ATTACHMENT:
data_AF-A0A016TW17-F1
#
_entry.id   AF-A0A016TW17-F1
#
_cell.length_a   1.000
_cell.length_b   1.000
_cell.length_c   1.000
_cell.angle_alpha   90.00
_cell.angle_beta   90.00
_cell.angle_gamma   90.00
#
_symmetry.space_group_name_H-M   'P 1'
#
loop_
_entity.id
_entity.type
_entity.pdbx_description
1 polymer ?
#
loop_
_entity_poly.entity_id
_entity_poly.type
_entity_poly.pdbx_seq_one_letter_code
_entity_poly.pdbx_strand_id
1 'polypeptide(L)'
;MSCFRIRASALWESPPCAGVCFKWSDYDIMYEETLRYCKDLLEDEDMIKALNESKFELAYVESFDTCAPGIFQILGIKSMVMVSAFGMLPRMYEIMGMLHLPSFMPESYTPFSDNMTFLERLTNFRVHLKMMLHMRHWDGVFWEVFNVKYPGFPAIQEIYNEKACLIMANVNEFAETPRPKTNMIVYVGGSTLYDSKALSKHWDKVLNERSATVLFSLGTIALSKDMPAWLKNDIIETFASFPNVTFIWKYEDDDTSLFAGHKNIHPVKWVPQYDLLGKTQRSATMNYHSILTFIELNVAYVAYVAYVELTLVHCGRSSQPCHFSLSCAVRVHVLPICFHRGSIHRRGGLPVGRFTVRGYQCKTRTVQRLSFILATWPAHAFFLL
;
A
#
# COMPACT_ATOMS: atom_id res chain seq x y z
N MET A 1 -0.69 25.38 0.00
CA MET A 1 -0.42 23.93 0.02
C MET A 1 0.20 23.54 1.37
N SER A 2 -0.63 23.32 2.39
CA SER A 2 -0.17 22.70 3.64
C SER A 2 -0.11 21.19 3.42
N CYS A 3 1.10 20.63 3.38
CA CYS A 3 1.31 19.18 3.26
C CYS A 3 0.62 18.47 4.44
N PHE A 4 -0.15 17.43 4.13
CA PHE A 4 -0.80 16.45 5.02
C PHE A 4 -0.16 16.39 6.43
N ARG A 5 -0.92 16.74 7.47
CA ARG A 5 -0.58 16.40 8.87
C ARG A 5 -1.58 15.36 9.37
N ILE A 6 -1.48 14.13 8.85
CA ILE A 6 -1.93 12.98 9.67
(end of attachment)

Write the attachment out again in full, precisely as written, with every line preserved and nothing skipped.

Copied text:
data_AF-A0A016TW17-F1
#
_entry.id   AF-A0A016TW17-F1
#
_cell.length_a   1.000
_cell.length_b   1.000
_cell.length_c   1.000
_cell.angle_alpha   90.00
_cell.angle_beta   90.00
_cell.angle_gamma   90.00
#
_symmetry.space_group_name_H-M   'P 1'
#
loop_
_entity.id
_entity.type
_entity.pdbx_description
1 polymer ?
#
loop_
_entity_poly.entity_id
_entity_poly.type
_entity_poly.pdbx_seq_one_letter_code
_entity_poly.pdbx_strand_id
1 'polypeptide(L)'
;MSCFRIRASALWESPPCAGVCFKWSDYDIMYEETLRYCKDLLEDEDMIKALNESKFELAYVESFDTCAPGIFQILGIKSMVMVSAFGMLPRMYEIMGMLHLPSFMPESYTPFSDNMTFLERLTNFRVHLKMMLHMRHWDGVFWEVFNVKYPGFPAIQEIYNEKACLIMANVNEFAETPRPKTNMIVYVGGSTLYDSKALSKHWDKVLNERSATVLFSLGTIALSKDMPAWLKNDIIETFASFPNVTFIWKYEDDDTSLFAGHKNIHPVKWVPQYDLLGKTQRSATMNYHSILTFIELNVAYVAYVAYVELTLVHCGRSSQPCHFSLSCAVRVHVLPICFHRGSIHRRGGLPVGRFTVRGYQCKTRTVQRLSFILATWPAHAFFLL
;
A
#
# COMPACT_ATOMS: atom_id res chain seq x y z
N MET A 1 -0.69 25.38 0.00
CA MET A 1 -0.42 23.93 0.02
C MET A 1 0.20 23.54 1.37
N SER A 2 -0.63 23.32 2.39
CA SER A 2 -0.17 22.70 3.64
C SER A 2 -0.11 21.19 3.42
N CYS A 3 1.10 20.63 3.38
CA CYS A 3 1.31 19.18 3.26
C CYS A 3 0.62 18.47 4.44
N PHE A 4 -0.15 17.43 4.13
CA PHE A 4 -0.80 16.45 5.02
C PHE A 4 -0.16 16.39 6.43
N ARG A 5 -0.92 16.74 7.47
CA ARG A 5 -0.58 16.40 8.87
C ARG A 5 -1.58 15.36 9.37
N ILE A 6 -1.48 14.13 8.85
CA ILE A 6 -1.93 12.98 9.67